Your company’s network hardware holds important digital information and data that the future of your business depends on. Especially now that ransomware is used to hold companies hostage against hefty fines, shouldn’t protecting it be a prime concern? The right approach to security will help your business minimize the risk of a major data security breach.
Staying up to date on the best security practices for all of your active equipment is certainly important, but you might not be aware that old equipment that’s no longer in use could potentially cause a breach in your data security.
Before jumping into the article, feel free to reach out to one of our reps about how we can help with disposal and resale.
Don’t Waste Money: Dispose Properly
Failing to properly dispose of storage hardware can lead to your data center perpetually wasting money. Simply put, old hard drives most likely have data that’s confidential to both your company and customers. The right process for dealing with those old hard drives makes all of the difference.
Many organizations fail to correctly dispose of their decommissioned data center equipment. Exposing any employee or customer information can lead to expense fines, and otherwise storing the unused equipment can end up costing your company thousands of dollars per year.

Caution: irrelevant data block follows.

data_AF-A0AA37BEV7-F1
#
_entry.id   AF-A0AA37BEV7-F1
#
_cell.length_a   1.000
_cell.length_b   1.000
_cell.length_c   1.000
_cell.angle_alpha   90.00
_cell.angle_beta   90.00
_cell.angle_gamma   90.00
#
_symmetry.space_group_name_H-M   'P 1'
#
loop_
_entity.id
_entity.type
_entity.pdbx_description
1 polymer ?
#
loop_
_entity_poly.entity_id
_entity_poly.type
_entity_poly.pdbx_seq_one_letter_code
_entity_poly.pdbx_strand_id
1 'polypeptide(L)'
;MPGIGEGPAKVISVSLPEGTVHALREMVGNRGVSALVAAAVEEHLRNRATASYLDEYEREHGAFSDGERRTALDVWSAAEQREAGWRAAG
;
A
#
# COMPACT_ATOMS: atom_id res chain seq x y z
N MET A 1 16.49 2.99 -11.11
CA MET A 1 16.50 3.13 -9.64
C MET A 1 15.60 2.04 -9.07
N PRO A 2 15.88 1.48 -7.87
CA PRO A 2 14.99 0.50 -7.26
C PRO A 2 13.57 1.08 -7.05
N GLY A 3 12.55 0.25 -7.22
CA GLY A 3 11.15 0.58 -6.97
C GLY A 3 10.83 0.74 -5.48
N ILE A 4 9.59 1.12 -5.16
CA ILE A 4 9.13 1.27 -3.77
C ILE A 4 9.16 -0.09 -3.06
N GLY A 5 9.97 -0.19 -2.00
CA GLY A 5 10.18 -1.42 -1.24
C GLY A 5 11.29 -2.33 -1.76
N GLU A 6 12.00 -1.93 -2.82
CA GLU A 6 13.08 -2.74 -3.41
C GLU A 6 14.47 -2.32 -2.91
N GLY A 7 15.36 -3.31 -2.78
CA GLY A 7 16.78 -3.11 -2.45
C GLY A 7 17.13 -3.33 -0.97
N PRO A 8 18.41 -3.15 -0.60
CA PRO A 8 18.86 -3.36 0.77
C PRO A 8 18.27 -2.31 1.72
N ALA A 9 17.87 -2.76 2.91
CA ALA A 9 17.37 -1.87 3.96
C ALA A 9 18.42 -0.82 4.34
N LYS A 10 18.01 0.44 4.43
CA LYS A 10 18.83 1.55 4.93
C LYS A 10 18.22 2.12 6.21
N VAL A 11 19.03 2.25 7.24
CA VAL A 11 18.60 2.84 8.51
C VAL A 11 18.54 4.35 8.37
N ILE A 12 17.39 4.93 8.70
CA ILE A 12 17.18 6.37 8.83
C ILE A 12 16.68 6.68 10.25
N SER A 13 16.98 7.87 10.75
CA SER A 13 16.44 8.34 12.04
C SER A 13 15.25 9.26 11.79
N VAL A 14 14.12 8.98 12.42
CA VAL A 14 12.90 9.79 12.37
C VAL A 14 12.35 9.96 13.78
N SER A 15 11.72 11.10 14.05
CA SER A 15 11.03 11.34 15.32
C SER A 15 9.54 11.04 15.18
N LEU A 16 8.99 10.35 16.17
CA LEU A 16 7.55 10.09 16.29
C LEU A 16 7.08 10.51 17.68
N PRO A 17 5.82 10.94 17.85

Costs for storing old drives that could otherwise be replaced or refunded can cost upwards of $50,000 per year. And the longer they sit, the greater the risk of failing to meet data protection laws; which means a higher likelihood of getting fined or experiencing a serious data breach.
Is Your Data Really Secure?
Even if your company believes it handles its old hard drives correctly, they may not be as secure as you think. Furthermore, it’s imperative that certain regulations are met in the future, like the current European Union’s General Data Protection Regulation (GDPR) and the digital privacy law that will go into effect in California in the year 2020.
However with technology changing at such a rapid rate, it’s not necessarily surprising that data center operators are playing catch up with the right disposal procedures.
Chances are you’re also backing up your data somewhere offsite or in the cloud. Which adds even more to the list of proper storage and disposal.
But with an increasing number of individual’s data stored across hardware devices, it’s more important than ever for companies to ensure that information is safeguarded and protected. That starts with following effective data retention policies and disposal procedures.